You may hear that The Bahamas is the shark capital of the world, and if you think it’s a marketing gimmick, then think again.
Sharks in The Bahamas are well protected. It’s the only country in the world to declare the entire marine habitat a shark sanctuary.
There are 40 species of sharks within the 243,000 square miles of the country’s territorial waters. The country was a global leader in 1993 when it banned the harmful practice of long-line fishing, and it continues to be recognized internationally for its trendsetting conservation efforts. The result is a healthy shark population unrivaled anywhere else in the world. For boaters and divers, it has all the ingredients for unique and spectacular underwater encounters.
There are five big sharks in The Bahamas that stand out for how they congregate in such large numbers in Bahamian waters. Similar to the African safari scene, The Bahamas has a shark safari circuit with its own “Big Five” list. On the African continent, the Big Five were originally classified based on how dangerous and difficult they were to hunt on foot: the lion, leopard, rhinoceros, elephant, and Cape buffalo. Today, they represent safari royalty, for they are the most sought-after wild animals to spot on the African safari circuit. Personal preference is the ultimate determinant of safari satisfaction, but it is still a treat to spot the Big Five.
Sharks in The Bahamas
In The Bahamas, it’s no different. The Big Five sharks in The Bahamas consist of five apex predators that congregate in unique habitats across the archipelago. For encounters with these majestic underwater creatures, you’ll need to visit specific islands: Bimini for hammerheads, Cat Island for oceanic whitetips, West End Grand Bahama for tiger sharks, Nassau for Caribbean reef sharks, and Nassau or Andros for silky sharks. Anyone who has the chance to interact with the Big Five on a shark safari in The Bahamas is in for a stunning and exhilarating underwater experience. If you conquer these experiences, you’ll most likely encounter the honorary members—lemon and bull sharks.
Caribbean Reef Sharks
Caribbean reef sharks are the entry level species when it comes to the Big Five. You can find them on shallow coral reefs, around underwater wrecks and during shark feedings with shark wranglers. Nassau shark dives primarily focus on these predators, the staple of the dive circuit. Runway Wall, also known as the “Shark Arena,” is one of the most popular locations for divers to meet these shy sharks for the first time.
Oceanic White Tips
Cat Island has the largest aggregation of oceanic whitetip sharks in the world. These vulnerable sharks have seen their global populations decimated over the years as a result of long-line fishing. In the protected waters of The Bahamas, they thrive. The Cat Island dive is a three-dimensional experience. Unlike stationary shark dives that take place on the sand bottom, divers drift in some of the deepest waters in the ocean on this shark encounter. The sharks are baited, but not fed. The bait crate is suspended in about 30 feet of water. The actual ocean floor might be over 3,000 feet below. Sharks are attracted to the scent of the bait.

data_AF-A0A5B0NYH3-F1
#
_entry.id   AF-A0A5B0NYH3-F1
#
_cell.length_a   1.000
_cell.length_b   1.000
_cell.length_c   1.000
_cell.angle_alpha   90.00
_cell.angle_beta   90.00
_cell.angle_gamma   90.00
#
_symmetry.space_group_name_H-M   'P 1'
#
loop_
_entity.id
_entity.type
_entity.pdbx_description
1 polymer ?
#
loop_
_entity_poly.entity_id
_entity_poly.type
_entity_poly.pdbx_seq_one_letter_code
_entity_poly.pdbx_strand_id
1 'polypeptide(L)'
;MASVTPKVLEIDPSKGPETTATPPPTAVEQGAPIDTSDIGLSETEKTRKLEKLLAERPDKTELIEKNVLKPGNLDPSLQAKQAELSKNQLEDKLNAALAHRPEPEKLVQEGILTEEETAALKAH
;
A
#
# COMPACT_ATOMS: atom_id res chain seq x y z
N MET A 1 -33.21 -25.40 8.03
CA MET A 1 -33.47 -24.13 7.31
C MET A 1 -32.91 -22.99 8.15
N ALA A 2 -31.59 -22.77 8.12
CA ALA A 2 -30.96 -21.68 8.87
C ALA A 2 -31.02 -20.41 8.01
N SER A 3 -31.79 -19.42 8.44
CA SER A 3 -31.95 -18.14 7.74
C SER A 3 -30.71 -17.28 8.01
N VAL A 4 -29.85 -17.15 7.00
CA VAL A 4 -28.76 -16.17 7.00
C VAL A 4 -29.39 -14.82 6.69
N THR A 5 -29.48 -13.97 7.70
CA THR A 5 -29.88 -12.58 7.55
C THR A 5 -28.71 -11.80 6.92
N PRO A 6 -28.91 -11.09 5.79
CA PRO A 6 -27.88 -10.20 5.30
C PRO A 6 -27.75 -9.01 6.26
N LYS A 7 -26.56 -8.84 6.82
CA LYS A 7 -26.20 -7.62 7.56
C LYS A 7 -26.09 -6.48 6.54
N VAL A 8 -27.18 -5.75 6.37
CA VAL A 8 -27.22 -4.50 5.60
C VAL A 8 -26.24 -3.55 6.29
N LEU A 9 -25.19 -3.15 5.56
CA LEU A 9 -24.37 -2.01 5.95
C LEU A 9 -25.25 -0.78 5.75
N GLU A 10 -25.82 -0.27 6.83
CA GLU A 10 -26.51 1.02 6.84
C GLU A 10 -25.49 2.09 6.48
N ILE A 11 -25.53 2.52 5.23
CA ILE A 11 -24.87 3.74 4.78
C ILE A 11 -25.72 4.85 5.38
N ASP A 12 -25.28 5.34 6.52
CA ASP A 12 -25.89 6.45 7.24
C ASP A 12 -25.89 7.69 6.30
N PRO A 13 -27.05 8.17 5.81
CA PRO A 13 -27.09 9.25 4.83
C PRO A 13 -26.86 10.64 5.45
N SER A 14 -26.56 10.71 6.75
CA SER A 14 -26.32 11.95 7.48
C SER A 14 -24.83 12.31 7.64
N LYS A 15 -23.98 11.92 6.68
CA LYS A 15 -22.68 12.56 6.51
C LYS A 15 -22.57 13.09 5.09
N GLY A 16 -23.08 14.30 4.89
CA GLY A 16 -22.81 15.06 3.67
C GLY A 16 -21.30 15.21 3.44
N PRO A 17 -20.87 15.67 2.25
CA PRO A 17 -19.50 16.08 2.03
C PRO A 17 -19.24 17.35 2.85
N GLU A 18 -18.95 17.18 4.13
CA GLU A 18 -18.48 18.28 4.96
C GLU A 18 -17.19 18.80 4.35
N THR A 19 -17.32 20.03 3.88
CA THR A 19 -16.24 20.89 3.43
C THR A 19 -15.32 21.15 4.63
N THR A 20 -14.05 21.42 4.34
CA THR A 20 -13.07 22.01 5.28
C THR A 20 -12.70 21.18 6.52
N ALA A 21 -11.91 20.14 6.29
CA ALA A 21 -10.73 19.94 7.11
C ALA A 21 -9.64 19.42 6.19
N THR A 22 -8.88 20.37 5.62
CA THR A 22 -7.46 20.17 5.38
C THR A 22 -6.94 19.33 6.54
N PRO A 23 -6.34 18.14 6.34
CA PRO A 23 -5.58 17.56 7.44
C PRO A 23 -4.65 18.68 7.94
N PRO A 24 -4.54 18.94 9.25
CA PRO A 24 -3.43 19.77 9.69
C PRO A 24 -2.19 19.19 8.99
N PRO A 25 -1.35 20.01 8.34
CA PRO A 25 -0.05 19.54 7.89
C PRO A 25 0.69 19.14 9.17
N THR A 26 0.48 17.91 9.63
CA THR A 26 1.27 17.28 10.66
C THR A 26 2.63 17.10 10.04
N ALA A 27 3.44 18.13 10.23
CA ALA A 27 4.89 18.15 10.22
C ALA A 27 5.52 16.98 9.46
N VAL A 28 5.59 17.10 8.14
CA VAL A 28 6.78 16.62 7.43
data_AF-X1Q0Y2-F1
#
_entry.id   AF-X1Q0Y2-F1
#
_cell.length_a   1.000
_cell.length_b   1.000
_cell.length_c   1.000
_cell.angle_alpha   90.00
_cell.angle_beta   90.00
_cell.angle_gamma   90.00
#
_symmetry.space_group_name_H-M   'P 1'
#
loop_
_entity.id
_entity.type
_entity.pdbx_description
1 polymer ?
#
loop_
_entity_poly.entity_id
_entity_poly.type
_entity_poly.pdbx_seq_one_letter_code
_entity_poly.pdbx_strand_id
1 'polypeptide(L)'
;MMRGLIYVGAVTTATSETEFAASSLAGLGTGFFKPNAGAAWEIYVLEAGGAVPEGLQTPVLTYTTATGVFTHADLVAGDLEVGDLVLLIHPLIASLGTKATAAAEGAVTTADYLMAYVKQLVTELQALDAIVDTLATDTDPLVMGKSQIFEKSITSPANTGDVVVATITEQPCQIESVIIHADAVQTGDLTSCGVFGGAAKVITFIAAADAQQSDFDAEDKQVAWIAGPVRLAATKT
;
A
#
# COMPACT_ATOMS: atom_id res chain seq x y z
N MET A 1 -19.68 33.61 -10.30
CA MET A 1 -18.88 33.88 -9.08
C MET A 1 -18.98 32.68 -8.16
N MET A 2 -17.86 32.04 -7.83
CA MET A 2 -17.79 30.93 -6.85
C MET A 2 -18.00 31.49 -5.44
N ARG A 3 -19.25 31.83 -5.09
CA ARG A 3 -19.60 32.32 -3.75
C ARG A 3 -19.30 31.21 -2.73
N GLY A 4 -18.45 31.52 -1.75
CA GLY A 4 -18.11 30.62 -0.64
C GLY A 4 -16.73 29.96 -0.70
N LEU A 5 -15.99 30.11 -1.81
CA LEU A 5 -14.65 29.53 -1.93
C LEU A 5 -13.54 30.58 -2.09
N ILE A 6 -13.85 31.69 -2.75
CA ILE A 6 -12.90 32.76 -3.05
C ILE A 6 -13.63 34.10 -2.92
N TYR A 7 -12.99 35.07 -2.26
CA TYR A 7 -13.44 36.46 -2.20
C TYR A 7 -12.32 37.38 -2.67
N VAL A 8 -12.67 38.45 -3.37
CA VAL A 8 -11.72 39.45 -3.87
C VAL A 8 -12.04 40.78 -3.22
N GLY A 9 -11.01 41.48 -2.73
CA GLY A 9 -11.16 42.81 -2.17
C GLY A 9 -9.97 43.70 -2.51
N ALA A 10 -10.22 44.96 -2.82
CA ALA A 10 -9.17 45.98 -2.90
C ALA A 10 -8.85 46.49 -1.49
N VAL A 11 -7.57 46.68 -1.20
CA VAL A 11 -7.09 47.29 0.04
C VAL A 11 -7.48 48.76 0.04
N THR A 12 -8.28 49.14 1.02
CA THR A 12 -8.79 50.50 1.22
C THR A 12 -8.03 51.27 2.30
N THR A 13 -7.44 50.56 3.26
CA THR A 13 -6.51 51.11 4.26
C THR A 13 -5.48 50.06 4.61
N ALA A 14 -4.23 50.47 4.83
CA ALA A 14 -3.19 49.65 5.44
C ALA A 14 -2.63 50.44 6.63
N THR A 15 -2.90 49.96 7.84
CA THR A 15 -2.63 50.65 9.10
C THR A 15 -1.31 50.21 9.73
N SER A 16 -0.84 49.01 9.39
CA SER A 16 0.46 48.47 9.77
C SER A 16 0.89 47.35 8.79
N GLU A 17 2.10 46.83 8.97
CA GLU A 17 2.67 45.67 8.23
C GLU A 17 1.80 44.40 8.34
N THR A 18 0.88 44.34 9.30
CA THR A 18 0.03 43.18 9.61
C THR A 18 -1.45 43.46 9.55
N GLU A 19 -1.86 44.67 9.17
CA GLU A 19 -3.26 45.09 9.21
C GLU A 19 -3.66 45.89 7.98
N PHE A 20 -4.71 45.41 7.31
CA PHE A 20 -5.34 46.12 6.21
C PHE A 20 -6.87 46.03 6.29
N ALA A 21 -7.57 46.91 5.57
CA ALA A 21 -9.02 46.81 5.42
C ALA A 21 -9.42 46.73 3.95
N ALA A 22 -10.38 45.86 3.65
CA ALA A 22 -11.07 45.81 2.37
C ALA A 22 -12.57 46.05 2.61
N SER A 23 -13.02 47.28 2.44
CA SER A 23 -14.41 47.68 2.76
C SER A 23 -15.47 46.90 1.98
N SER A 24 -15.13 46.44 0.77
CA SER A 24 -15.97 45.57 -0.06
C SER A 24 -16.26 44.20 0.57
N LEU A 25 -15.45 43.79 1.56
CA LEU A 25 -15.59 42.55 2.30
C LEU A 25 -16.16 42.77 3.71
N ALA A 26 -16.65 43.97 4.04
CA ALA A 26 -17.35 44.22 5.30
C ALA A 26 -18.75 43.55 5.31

The endangered great hammerhead shark is the largest of all hammerhead species. From December to April, the warm waters of Bimini draw these big-headed, oddly shaped predators all the way from the cold waters of California to their winter home in the Bimini islands. They congregate around half a mile off the coast on the leeward side. By human standards, the water is cold and wetsuits are necessary. Some divers spend up to 90 minutes on the bottom since the shallow dive takes place between 15-25 feet. Feedings can attract the notorious bull shark, which is a bonus to the Big Five.
West End, Grand Bahama, is the most northern point in the entire Bahama chain of islands. 27 miles off offshore, in 30 feet of water, there is a sandy bottom floor known as Tiger Beach. This is one of the most spectacular shark dives in The Bahamas, and the main attraction is enormous tigers, some 16 feet in length. Unlike other dive sites where you might only see a handful of sharks, Tiger Beach is packed with them. As underwater shark photographer Andy Murch says, “They’re big; they are not shy.” Lemon sharks, which are a bonus to the Big Five, make regular showings at Tiger Beach. This is the best year-round spot to see them. The close encounter with these predators makes for amazing underwater photography.
This deepwater species has also suffered major population declines internationally due to long-line fishing. It’s possible to spot silky sharks around Andros Island year-round, but the best place to see them is the Lost Blue Hole in Nassau. In June, hundreds of these sharks gather not more than 9-10 miles offshore for a breeding ritual that looks like a choreographed dance in an underwater rotunda. Dive inside the blue hole, and watch the show around 170 feet down.
By Noelle Nichols, Southern Boating November 2018